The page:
My research is primarily focussed on mechanism design in the context of the environment. I use a variety of methods; developing simple models to capture the essence of the problem, and then typically combining these with data, either from the lab or the real world (be that RCTs or quasi-experimental evidence).
I came to economics from the natural sciences. Motivated by a passion for the natural world, I first pursued an undergraduate degree in Biological Sciences at the University of Oxford. Hence my first publications are very much biology focussed. While I found my degree fascinating, it was apparent that issues of overexploitation were problems which science could largely not address; rather, solutions would be found through a better understanding of human behaviour and incentives.
During my PhD at the University of Exeter, where I was primarily supervised by Brett Day, my research moved into understanding how institutions can be developed to better facilitate efficient use of the natural environment. In so doing, I researched how delegating monitoring decisions to individual agents can achieve efficient effort with minimal monitroing costs, and in both the lab and the field, how procurement (aka reverse) auctions can be used to select participants, and determine how much they are paid, in payment for ecosystem service schemes. I have continued to pursue similar lines of research during my postdoc. Including expanding the research agenda to look at how best to facilitate environmental markets involving multiple buyers and ecosystem services. Additionally, I have started work on two further projects. The first looks at the drivers of forest regrowth, and the second considers what aspects of biodiversity people value.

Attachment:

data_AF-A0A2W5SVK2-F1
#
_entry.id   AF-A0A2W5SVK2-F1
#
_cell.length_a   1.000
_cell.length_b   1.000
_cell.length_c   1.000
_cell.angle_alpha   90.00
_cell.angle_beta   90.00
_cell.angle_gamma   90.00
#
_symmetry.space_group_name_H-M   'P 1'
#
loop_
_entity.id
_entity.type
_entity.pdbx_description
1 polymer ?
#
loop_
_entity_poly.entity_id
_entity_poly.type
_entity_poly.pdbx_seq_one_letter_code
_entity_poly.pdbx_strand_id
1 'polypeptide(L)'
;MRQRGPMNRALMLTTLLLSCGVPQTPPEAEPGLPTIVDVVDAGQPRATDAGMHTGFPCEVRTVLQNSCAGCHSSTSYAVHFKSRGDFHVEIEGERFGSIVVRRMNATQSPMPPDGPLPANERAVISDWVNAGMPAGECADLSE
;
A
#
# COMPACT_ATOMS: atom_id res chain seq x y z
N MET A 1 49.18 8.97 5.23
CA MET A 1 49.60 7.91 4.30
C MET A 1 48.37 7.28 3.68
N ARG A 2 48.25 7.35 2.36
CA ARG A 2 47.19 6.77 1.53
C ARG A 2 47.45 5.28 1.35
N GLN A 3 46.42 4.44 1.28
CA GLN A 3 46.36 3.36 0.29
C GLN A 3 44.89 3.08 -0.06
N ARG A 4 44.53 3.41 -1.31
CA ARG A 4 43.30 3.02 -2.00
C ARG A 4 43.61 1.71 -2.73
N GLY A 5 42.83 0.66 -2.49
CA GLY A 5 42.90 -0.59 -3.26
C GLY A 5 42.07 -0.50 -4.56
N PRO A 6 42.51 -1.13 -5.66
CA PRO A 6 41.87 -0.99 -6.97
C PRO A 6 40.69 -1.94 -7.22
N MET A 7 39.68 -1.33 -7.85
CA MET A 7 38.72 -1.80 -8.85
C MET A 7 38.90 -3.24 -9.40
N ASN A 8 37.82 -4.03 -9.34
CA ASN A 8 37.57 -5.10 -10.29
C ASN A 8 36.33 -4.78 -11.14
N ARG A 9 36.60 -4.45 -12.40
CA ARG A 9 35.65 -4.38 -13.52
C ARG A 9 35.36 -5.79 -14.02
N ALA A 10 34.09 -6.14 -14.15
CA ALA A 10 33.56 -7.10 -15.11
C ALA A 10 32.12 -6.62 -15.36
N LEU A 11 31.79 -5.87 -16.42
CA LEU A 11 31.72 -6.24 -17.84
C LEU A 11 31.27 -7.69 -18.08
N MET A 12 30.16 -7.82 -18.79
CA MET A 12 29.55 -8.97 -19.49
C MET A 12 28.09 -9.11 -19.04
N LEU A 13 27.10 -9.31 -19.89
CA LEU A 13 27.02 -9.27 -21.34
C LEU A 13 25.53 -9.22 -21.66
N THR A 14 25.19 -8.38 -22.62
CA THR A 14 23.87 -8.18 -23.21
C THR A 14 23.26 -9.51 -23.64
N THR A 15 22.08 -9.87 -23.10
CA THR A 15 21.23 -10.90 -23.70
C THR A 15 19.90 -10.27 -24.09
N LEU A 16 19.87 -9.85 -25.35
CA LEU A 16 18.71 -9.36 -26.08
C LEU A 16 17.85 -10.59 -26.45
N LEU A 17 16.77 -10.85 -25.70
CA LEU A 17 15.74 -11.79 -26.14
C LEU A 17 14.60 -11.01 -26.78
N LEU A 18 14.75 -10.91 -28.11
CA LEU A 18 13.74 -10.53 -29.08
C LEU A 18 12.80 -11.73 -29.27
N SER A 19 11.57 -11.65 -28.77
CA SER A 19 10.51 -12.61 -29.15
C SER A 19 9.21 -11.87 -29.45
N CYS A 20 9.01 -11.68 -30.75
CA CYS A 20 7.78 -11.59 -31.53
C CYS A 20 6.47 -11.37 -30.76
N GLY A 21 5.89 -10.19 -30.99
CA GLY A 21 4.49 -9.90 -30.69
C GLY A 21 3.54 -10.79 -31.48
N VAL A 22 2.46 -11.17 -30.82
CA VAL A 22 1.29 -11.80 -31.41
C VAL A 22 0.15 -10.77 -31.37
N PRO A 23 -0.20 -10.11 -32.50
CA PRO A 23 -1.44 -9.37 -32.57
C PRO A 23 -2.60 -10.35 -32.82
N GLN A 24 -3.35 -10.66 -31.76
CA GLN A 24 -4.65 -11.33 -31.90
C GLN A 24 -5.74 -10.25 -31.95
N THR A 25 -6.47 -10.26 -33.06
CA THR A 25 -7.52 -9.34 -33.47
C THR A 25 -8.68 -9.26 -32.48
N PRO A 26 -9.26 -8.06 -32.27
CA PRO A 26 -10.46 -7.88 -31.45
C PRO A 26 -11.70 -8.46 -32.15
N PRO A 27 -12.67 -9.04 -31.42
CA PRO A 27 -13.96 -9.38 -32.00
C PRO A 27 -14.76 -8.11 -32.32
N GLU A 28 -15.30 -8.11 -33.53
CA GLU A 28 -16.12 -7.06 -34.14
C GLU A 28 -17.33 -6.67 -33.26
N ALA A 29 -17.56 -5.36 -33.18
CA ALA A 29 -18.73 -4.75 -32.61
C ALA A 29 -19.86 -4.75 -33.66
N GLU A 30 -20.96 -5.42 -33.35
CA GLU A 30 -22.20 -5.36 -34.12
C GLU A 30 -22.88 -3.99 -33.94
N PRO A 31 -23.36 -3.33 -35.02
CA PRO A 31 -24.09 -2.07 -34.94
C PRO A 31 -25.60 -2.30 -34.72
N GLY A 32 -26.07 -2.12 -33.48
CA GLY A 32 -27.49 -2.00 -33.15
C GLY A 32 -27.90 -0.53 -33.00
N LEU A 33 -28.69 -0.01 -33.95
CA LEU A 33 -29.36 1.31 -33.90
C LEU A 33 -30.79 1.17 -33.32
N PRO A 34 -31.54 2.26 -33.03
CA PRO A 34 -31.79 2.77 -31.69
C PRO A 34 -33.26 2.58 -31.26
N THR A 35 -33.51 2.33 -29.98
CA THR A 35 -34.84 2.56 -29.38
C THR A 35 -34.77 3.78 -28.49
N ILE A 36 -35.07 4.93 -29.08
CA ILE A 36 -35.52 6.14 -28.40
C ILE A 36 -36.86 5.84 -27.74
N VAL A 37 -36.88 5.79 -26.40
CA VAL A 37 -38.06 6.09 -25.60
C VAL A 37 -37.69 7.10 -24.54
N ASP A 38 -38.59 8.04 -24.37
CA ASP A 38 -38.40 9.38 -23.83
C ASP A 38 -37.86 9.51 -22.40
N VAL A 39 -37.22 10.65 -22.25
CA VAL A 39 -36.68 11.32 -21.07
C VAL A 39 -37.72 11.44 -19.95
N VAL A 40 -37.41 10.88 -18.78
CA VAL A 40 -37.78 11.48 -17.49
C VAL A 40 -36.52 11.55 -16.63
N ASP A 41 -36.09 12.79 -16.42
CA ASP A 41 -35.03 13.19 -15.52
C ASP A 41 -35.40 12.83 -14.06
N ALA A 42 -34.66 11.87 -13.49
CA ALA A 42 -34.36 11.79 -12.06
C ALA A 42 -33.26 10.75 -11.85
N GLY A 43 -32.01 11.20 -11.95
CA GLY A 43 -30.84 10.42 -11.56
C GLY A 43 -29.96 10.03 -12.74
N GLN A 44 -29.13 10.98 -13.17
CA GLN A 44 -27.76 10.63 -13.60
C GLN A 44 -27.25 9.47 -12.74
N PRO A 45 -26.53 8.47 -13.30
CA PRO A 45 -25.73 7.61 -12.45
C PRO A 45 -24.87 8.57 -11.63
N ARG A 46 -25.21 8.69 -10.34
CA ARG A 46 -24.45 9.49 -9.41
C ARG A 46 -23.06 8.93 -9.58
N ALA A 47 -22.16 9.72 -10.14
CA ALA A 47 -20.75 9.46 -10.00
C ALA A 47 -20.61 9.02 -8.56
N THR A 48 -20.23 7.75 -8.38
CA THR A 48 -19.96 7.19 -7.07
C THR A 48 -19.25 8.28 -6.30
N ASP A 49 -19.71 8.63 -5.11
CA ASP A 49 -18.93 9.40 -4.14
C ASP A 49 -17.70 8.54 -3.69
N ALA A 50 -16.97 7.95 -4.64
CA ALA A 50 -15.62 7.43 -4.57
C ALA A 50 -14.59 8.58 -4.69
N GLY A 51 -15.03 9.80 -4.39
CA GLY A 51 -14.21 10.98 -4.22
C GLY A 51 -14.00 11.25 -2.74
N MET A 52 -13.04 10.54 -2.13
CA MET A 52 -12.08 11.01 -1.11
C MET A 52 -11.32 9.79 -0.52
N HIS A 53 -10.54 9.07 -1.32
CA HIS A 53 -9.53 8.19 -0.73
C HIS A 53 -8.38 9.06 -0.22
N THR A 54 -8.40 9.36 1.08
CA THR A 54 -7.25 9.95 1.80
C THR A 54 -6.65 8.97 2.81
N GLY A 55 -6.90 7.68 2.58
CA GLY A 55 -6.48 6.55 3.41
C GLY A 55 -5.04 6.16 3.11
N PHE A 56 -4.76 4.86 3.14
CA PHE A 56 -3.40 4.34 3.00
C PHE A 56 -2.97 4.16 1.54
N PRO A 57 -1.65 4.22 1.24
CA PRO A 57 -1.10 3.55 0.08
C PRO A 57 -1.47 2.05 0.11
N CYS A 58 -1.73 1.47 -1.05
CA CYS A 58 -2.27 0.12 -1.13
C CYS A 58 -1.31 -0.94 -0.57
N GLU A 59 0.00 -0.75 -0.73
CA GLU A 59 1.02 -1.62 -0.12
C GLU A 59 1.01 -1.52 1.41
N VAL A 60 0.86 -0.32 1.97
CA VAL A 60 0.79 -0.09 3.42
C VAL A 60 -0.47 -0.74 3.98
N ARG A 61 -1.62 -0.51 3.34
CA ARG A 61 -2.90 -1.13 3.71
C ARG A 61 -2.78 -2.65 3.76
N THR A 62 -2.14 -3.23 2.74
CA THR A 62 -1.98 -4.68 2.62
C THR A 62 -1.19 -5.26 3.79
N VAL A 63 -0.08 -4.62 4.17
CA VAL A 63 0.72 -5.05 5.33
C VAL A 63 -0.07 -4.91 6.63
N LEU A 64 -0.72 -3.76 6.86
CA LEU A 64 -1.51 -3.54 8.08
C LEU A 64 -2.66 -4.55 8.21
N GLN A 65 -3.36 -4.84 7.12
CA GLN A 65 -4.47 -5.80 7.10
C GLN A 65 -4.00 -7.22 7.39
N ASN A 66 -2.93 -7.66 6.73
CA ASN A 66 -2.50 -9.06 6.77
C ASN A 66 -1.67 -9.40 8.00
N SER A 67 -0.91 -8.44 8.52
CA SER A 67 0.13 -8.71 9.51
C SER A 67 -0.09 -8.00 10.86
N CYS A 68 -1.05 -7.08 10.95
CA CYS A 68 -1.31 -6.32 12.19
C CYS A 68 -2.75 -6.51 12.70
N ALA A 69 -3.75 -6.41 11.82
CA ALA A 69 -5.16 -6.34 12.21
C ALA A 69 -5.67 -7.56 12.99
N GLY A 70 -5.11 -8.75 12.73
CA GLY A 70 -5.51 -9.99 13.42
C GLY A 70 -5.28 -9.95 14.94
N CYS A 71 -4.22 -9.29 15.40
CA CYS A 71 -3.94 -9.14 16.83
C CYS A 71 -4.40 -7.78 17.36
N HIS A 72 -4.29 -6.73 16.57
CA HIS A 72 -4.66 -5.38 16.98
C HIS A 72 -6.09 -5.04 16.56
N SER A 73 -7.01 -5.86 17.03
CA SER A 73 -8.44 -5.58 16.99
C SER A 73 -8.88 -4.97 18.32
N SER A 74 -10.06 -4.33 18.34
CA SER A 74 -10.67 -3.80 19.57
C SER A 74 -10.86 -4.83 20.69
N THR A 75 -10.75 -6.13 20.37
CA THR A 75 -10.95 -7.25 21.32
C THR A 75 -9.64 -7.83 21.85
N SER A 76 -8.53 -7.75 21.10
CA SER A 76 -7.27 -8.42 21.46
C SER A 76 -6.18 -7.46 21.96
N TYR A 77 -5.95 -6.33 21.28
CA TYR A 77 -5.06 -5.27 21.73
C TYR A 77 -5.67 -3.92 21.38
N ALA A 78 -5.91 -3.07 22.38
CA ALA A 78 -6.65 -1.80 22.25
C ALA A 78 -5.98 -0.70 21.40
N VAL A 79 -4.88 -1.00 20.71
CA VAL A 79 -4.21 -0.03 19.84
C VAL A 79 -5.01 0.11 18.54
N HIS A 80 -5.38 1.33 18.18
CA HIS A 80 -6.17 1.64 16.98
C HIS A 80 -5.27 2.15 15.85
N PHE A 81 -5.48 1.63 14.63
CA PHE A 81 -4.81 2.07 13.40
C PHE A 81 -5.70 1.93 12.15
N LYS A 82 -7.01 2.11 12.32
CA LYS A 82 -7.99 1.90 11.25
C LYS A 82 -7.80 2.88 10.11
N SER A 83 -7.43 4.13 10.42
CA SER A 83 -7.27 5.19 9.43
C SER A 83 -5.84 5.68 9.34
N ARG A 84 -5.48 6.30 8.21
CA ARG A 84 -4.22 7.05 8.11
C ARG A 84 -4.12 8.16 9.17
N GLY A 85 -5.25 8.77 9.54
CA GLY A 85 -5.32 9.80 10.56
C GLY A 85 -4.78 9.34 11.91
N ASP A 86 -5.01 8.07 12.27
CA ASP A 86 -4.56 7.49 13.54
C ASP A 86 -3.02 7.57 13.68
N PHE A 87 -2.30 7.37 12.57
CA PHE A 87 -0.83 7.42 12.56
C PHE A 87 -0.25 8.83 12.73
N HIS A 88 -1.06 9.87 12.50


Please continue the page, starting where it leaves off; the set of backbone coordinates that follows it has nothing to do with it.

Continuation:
I very much see this research agenda as being motivated by an aim to improve real-world outcomes, and as can be seen in the Policy and Impact page, relish the work I do with external stakeholders such as governmental departments and water companies.